As Jeep grows up, a look back at some of the company’s best models
According to reports coming out of Detroit, Jeep is about to make a jump into the big leagues – that is, if your idea of the big leagues is an international market, which real Jeep drivers probably don’t care much about.
Numerous sources speculated a few years back one of the main reasons Fiat decided to invest in the much harangued Chrysler brand was the company’s ownership of Jeep, which is possibly the only steadfast American marque in terms of quality.
When the company became a commercial brand in 1945, it promised functional, hard-working vehicles that were built to last. This philosophy worked well for Jeep throughout the ’80s and ’90s, as nearly every carmaker on the market threw their hats into the sport utility ring. No other manufacturer was able to produce a true Jeep slayer – a car that could tackle nearly any terrain and look pretty good doing it.
While there have been quite a few misses over the years as Jeep has tried to crossover into a wide range of markets – from the pickup trucks to luxury rides – more often than not the brains behind this all-American brand have gotten it right.
This car was the basis for the original commercially produced Jeeps that would come about after World War II. These original convertibles were built by Willys-Overland, a Toledo, Ohio-based outfit that designed their cars for use overseas battling the Germans in World War II. To demonstrate their off-road capability, the company had a driver take this model up the stairs of the United States Capitol Building in 1941.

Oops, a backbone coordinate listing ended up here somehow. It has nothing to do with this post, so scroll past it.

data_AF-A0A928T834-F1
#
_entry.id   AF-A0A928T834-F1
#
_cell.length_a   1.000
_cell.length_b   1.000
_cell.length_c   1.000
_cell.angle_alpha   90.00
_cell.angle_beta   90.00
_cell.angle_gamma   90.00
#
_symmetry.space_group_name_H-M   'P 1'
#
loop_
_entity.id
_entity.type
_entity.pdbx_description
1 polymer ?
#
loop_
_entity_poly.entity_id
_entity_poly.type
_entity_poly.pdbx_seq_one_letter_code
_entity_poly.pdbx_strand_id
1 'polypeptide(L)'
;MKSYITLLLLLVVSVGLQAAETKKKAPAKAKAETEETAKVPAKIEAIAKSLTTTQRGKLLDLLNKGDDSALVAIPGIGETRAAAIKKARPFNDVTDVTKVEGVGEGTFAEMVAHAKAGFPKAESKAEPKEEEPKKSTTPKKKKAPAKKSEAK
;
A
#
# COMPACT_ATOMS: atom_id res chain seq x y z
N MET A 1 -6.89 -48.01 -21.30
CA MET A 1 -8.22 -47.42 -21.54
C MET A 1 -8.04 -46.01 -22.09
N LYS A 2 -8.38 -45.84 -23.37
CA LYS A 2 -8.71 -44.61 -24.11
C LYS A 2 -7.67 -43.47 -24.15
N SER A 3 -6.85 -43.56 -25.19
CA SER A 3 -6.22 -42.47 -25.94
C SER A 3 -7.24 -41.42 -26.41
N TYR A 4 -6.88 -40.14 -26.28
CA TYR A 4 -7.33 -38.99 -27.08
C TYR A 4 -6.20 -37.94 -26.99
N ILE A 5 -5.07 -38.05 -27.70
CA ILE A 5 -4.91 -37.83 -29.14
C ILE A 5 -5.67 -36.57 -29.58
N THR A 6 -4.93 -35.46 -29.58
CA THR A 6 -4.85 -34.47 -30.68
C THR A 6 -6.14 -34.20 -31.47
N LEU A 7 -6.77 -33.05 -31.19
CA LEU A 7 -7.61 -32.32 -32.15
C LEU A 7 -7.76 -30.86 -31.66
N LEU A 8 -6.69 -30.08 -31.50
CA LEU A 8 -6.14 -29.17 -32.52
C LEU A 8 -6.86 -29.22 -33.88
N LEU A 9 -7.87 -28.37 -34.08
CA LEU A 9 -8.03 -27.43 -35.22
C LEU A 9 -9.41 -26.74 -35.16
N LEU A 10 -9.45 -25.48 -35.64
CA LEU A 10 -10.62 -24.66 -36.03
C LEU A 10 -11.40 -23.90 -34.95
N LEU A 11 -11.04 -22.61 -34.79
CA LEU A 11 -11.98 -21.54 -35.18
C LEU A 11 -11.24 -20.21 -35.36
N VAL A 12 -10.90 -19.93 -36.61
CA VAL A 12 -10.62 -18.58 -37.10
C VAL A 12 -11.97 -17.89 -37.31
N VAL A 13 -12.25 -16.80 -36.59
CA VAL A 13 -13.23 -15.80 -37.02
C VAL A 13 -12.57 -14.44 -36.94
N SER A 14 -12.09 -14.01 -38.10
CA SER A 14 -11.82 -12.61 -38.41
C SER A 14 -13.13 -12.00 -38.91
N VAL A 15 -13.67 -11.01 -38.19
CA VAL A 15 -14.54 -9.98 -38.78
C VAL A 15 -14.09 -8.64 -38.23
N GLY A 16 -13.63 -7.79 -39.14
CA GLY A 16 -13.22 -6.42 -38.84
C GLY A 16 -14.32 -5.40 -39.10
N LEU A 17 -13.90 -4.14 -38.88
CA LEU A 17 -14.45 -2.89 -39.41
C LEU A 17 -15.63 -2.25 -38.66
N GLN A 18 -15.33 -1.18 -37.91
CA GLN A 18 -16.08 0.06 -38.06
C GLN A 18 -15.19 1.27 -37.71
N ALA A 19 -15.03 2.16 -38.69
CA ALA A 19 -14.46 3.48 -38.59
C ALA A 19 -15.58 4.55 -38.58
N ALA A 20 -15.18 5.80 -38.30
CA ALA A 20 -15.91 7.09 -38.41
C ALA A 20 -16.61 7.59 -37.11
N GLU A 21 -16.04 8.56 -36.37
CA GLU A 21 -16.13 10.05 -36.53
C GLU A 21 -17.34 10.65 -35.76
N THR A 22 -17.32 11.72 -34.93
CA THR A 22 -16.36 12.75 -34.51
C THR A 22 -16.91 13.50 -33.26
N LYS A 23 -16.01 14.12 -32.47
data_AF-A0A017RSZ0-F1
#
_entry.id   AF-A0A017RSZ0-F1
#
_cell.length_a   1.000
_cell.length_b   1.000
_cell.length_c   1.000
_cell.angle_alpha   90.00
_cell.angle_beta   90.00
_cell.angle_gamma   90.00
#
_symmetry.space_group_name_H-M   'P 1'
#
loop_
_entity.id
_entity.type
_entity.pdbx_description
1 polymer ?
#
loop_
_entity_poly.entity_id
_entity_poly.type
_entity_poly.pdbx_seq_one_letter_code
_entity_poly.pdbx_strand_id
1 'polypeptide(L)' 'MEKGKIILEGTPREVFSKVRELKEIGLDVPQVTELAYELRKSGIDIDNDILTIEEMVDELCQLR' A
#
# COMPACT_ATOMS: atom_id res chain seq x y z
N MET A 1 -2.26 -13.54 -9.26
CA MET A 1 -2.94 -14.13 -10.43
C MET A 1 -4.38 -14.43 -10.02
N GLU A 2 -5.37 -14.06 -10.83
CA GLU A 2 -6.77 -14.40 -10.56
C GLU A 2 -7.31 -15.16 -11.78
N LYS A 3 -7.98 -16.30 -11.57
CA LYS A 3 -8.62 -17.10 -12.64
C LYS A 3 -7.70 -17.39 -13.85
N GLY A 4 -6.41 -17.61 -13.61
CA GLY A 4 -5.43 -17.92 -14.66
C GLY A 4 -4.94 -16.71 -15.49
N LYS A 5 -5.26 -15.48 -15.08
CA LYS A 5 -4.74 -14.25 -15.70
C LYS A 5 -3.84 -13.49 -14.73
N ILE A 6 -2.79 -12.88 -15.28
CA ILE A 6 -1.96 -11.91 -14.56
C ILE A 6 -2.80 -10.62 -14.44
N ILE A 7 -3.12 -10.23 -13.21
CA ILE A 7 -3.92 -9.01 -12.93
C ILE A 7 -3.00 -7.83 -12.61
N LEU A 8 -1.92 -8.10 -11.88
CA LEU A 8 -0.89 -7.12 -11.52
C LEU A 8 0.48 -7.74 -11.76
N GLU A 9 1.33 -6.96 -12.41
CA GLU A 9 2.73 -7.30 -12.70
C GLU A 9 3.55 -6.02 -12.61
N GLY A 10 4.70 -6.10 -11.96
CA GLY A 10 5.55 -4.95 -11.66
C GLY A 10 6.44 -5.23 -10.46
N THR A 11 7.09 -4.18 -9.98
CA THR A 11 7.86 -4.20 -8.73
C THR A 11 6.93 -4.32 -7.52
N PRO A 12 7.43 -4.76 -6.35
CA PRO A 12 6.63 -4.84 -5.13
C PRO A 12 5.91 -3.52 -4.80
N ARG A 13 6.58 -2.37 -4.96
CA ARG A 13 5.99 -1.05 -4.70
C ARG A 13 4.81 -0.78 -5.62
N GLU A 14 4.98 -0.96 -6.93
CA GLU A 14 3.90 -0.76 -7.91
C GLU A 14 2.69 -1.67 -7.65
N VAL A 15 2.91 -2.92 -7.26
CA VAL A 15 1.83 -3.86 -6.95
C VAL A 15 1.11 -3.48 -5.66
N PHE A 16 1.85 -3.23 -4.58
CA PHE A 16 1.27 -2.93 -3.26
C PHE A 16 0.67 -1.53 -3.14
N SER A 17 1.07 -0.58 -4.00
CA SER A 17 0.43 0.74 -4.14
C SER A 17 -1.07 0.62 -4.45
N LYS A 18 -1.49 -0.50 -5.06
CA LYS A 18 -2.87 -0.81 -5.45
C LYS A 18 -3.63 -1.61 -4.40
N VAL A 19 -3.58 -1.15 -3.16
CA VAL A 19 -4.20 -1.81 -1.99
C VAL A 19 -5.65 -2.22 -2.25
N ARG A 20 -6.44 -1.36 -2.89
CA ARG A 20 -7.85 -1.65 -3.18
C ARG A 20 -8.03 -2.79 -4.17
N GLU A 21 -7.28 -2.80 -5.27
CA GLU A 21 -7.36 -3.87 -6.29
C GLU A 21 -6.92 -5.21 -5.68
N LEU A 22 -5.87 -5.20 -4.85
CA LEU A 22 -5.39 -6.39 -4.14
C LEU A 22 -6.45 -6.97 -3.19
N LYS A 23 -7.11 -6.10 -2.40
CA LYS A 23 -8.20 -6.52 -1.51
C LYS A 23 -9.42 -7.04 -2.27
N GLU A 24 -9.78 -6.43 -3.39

About 150 Willys were supplied to each infantry division during the war. The company even supplied Jeeps to the British and Russian armies to help in the efforts of the Allied Forces. These cars weren’t sold to the public at the time, but surviving models were made street legal in subsequent years.
This model is probably what jumps to mind first when people today think of a Jeep. It shares many characteristics with the Willys MB, including the convertible option, seven-slat grill and circular headlights. It was introduced in 1987 as a follow to the wildly successful CJ series of Jeeps that had carried the Jeep flag consistently for the prior few decades, and remains relatively unchanged today compared to when it was first introduced.
Today, the Wrangler title is the basis for a whole line of compact SUVs that stretch the definition of what a Jeep truly is. A hard top is now among the most popular options, as well as numerous extended cab models. You can even get a four-door model that can fit the whole family when in the past you’d be lucky to squeeze a dog into the back seat.
One of the most revolutionary models in the Jeep lineup was surely the Cherokee, as it helped Jeep gain even greater relevance as more than just a niche brand. This truck was introduced ahead of the Wrangler in 1984 with two- and four-door options available. This car helped start the mid-sized SUV craze that carries on today, setting the stage for imitators like the Ford Escape and Chevrolet Equinox which may have off-road looks but none of the capabilities.
With Fiat behind the wheel, the Jeeps of the future are sure to look very different from the bare-bone designs that steered Jeep to success in the past. Are you looking forward to Jeeps becoming a global brand or do you want the company to retain its rugged American image? Leave your thoughts below: